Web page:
I first saw The Seldoms perform before my first semester at Columbia began. “Convergence,” a site-specific dance in an empty 17,000-square-foot garage was an overwhelming performance of raw athletic prowess and subtle, nuanced movements that left me in a trance. After seeing this show I knew I wanted to perform with this company. I also had the immense pleasure of dancing with Jonathan Meyer/Khecari Dance Theater in “The Waking Room.” After graduating from college I moved to Portland, Oregon to work with a performance group called tEEth. I only worked with this company for ten months, but once again I found myself in a process that shattered preconceived notions about what dance making looks and feels like. I returned to Chicago to continue working with The Seldoms and since that time I have also worked with Paige Caldarella, Joanna Rosenthal/Same Planet Different World and Colleen Halloran to name a few. These three voices stand out amongst the rest because they brought me back to a human understanding of movement; the instinct behind movement and how that enhances a performers ability to be live and present in every performance.
You also make work as a sound designer and editor. How has that work influenced how you craft dance performances?
So many of my early works have sound designs that I’ve made or had a very heavy influence in. This has probably been both good and bad. I’m trying to distance myself more from the collaborative elements in my own work. This way someone else’s ideas may broaden the overall picture. My experience as a sound designer/editor gives me a better vocabulary to be able to speak with other sound artists. I have the ability to describe sound as a dance element to those artists, describing how sound has its own performance and how that relates to other elements of the choreography.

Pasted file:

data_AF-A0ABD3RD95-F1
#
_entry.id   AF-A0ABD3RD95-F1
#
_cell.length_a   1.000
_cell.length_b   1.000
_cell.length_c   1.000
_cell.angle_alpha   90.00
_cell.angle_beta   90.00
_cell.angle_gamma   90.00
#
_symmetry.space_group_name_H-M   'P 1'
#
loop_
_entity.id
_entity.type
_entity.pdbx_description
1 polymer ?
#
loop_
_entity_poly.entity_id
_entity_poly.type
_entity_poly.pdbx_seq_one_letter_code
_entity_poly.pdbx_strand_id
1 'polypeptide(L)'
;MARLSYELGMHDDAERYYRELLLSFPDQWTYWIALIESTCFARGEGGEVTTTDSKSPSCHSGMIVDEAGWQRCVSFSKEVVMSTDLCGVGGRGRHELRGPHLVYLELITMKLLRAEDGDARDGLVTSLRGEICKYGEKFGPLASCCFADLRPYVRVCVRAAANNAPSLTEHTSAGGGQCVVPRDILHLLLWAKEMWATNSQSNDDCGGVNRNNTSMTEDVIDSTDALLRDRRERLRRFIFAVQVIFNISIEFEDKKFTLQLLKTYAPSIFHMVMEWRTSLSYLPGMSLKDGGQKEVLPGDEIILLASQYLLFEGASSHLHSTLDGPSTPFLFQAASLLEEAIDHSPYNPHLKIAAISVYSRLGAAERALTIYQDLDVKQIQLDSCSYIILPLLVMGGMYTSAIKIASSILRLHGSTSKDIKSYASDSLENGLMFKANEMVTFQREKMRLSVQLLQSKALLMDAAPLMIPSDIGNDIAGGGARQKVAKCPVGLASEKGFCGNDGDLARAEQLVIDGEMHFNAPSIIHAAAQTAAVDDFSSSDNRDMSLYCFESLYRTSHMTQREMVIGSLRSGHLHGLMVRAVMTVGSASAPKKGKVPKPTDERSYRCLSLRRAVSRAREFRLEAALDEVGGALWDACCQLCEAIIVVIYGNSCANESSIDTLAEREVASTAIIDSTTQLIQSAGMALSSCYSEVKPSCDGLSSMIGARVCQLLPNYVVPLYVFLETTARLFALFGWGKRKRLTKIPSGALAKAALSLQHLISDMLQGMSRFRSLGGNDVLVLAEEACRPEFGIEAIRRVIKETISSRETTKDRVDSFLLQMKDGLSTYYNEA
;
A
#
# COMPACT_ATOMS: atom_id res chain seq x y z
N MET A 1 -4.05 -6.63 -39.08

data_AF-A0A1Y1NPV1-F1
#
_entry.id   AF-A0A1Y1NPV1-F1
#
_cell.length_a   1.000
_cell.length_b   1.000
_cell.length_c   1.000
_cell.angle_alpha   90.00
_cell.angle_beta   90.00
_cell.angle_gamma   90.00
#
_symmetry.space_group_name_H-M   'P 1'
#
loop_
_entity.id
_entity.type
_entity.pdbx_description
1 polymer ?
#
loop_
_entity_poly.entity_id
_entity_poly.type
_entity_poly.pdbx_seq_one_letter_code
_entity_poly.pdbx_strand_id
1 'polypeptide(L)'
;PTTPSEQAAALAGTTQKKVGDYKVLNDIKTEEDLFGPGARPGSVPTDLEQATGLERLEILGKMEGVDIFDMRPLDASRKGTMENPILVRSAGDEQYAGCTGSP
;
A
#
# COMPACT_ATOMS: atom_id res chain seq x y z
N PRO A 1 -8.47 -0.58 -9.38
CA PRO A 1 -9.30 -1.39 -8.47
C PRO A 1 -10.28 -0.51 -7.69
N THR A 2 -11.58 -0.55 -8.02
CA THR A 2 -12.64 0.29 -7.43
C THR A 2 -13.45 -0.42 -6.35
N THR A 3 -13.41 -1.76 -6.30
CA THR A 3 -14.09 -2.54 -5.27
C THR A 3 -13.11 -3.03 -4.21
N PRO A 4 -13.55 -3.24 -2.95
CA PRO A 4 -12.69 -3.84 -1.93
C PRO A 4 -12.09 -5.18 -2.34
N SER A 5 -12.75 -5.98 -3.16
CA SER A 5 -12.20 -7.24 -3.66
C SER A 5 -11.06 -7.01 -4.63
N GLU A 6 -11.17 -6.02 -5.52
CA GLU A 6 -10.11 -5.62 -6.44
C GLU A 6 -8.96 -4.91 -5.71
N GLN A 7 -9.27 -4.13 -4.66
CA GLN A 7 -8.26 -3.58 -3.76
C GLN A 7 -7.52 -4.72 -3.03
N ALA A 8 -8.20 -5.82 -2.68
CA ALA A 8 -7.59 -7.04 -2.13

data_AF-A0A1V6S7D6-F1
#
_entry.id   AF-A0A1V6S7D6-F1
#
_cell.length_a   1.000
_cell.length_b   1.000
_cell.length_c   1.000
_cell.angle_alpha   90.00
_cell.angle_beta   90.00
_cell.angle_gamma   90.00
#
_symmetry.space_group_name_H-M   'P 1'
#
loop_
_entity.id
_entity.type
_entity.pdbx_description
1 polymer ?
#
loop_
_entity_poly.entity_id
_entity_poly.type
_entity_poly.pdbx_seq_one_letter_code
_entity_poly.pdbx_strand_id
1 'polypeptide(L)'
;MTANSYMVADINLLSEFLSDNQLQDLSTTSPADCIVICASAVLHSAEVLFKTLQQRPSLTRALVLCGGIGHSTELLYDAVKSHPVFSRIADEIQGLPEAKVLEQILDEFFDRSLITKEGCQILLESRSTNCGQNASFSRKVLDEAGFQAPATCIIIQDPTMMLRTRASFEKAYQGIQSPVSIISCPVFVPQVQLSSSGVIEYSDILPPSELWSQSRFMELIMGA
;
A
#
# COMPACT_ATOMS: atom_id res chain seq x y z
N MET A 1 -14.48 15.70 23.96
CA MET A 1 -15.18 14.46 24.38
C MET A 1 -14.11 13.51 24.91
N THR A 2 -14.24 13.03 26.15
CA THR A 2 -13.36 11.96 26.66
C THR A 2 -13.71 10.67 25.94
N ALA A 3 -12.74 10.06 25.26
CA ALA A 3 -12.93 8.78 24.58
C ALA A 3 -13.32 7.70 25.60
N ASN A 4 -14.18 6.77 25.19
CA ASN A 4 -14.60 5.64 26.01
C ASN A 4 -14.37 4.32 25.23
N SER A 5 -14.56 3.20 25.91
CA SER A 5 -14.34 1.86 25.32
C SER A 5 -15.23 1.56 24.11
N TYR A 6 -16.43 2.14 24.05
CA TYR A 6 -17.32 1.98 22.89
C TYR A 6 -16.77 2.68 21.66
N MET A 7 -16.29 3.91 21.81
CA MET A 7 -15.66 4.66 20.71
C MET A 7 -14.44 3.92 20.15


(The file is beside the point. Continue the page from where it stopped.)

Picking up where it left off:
“The Fifth,” your upcoming work at the Dance Center, is your first full-length work for The Seldoms. How did it come about? And why did you choose the amorphous space of the internet as a new battleground for state secrecy and espionage as a theme?
Just over two years ago The Seldoms were looking ahead to the future and deciding what works would be part of our upcoming seasons. We knew that we were going to embark on our first national tour with “Power Goes,” and Carrie was already in process of creating “RockCitizen.” Carrie had a conversation with Christina Gonzalez-Gillett [assistant director] and myself about opening up the creative voice of The Seldoms.
I’ve grown up with the evolution of personal digital technologies. I’ve always been interested in the application of new technology both in the theaters and in people’s homes. With any new advancement in technology there is always fear of the unknown, and courage on behalf of early adopters who take risks to define how these technologies will be used and treated. As an early graduate from Columbia I needed a part-time job to help supplement my income while dancing. I found myself working for Apple and becoming further connected to people who are taking the plunge to more deeply interweave their lives with technology. In 2014 I premiered my first evening-length work, “Terms and Conditions,” which dealt with the process of reconciling privacy and identity in the digital world. In part I hope “The Fifth” has the ability to demystify some of the startling stories we hear about whistleblowers and hackers. A lot of these people are easily branded as heroes or villains, especially in the cases of Edward Snowden, Julian Assange and Chelsea Manning, to name a few. Sure, there is plenty of collateral damage surrounding their actions, however there is also new knowledge, awareness and understanding of our society, government and global relationships as a result. I’m not making a piece that says these people or what they have done is good or bad. I strove to make a dance that peels away the layers of technology to learn more about the people who are capable of these great, life-altering, events.
The Seldoms “The Fifth” takes place at the Dance Center of Columbia College, 1306 South Michigan, (312)369-8300. Thursday-Saturday, October 13-15 at 7:30pm. $30, $24 seniors.